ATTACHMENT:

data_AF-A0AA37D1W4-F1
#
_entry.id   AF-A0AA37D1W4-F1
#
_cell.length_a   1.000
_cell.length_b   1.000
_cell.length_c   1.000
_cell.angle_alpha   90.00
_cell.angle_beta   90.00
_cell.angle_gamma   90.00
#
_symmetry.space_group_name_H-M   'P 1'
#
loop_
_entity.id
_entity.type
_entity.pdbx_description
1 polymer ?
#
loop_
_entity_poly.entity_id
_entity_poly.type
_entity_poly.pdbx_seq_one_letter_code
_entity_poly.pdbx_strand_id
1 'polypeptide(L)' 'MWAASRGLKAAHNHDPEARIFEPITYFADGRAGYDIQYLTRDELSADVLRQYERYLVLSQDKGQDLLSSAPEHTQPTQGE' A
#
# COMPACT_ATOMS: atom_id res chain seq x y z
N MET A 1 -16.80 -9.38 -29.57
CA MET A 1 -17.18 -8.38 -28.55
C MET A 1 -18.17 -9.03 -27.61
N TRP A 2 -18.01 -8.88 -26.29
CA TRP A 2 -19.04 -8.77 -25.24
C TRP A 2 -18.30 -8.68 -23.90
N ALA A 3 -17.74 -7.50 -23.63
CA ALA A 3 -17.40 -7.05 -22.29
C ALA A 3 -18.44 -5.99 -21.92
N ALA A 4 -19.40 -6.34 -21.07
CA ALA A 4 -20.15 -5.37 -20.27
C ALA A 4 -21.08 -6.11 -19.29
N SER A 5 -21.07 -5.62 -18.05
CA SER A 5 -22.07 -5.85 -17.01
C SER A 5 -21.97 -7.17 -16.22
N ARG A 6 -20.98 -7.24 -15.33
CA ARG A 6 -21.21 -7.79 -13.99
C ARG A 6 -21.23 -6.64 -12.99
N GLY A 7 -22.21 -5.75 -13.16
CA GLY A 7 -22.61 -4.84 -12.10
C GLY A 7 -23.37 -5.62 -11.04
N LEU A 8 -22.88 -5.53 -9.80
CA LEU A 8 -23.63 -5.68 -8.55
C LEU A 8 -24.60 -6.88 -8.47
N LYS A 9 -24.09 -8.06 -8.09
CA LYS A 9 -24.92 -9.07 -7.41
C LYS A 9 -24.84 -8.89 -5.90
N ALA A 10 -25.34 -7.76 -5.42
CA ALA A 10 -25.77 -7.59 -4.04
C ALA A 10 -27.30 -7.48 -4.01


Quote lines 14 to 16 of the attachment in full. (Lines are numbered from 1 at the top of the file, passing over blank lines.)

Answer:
loop_
_entity.id
_entity.type